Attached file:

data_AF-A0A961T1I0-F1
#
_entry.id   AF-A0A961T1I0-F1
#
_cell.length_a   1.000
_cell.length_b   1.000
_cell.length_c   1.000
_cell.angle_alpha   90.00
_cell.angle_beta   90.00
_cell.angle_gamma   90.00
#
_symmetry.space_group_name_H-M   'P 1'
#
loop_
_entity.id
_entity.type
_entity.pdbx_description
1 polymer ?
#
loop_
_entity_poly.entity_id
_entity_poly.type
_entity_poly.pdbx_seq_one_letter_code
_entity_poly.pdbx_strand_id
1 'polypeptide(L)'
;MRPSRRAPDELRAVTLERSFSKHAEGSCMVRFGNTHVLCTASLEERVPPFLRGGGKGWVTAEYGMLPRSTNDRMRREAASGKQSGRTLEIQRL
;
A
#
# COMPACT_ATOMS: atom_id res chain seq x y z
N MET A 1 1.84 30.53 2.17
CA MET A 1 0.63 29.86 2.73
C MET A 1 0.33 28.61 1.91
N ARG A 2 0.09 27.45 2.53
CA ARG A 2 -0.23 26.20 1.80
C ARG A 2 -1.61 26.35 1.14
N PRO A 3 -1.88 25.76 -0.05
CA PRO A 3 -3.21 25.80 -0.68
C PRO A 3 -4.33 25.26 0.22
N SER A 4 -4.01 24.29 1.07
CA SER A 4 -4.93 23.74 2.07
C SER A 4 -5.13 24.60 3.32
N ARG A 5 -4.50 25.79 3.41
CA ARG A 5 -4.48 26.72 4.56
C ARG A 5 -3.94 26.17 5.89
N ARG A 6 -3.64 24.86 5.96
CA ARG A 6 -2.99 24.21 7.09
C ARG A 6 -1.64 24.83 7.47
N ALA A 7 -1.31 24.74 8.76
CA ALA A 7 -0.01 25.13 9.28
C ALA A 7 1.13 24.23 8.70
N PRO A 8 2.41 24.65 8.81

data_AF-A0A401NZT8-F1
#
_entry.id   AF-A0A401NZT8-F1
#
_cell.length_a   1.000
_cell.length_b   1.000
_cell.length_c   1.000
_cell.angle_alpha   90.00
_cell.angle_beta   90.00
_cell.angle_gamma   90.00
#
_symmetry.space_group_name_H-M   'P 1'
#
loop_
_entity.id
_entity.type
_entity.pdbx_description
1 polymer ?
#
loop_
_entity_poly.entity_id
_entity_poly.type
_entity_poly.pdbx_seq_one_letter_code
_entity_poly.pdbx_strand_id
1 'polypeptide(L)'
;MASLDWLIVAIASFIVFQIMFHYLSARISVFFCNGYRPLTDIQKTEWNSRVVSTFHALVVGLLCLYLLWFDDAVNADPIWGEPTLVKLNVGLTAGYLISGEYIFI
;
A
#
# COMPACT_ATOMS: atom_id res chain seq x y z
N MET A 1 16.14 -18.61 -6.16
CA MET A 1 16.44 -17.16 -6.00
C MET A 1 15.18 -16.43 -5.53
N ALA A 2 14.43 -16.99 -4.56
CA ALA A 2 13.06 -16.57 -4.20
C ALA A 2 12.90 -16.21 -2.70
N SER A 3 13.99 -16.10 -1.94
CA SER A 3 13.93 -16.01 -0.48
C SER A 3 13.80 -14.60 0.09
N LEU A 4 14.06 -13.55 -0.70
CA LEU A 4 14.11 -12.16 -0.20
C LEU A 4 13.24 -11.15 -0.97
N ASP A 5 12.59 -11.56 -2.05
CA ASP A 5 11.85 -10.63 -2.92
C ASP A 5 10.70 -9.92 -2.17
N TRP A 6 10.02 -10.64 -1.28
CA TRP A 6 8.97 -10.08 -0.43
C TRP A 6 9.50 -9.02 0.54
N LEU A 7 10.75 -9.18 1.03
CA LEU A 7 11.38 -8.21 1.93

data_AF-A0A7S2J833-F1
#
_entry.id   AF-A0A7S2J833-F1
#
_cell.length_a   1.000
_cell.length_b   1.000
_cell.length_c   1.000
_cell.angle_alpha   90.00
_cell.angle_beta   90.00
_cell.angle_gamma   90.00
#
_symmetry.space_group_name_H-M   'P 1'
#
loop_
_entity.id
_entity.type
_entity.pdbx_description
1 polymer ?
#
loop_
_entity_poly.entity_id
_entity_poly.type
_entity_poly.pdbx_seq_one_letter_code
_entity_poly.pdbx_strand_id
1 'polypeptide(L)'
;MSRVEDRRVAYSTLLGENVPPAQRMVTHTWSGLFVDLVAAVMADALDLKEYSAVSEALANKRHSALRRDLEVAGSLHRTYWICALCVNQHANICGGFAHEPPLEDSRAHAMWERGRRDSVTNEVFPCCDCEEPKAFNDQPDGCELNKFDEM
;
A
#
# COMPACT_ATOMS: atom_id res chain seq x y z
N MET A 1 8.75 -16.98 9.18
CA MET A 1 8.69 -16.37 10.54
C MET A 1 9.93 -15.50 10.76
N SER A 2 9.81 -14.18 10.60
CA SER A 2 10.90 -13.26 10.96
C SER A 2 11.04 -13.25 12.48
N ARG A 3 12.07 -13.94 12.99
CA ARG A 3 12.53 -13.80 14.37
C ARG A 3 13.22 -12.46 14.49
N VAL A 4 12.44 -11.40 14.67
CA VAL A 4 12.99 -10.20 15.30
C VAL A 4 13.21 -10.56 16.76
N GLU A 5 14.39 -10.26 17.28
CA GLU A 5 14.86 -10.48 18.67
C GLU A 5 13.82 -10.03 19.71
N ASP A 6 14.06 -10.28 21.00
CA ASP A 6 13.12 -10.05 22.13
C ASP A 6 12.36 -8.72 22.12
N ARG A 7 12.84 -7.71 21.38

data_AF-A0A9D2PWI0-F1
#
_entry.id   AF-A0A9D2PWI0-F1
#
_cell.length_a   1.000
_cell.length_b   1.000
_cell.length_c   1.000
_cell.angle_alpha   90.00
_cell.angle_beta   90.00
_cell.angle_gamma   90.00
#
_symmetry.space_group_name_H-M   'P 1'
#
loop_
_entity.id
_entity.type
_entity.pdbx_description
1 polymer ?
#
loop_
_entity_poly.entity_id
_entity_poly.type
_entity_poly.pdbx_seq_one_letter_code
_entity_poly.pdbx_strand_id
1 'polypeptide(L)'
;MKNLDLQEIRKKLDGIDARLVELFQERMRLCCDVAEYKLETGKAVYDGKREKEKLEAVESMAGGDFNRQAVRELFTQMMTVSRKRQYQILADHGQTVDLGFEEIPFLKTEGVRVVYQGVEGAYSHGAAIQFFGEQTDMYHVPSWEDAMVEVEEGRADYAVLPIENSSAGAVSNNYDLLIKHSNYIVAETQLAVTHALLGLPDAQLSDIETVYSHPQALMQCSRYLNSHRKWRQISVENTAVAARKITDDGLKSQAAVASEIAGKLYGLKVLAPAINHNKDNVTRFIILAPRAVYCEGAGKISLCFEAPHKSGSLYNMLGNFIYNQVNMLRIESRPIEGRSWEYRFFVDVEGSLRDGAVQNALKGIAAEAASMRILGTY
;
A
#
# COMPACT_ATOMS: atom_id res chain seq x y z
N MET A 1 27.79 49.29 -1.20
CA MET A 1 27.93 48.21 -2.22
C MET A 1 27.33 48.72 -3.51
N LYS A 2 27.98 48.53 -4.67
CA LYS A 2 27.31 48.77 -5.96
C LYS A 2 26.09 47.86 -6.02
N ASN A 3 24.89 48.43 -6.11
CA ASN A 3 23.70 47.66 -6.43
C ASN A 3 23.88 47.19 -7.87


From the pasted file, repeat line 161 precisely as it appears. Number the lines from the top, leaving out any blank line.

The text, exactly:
_cell.angle_gamma   90.00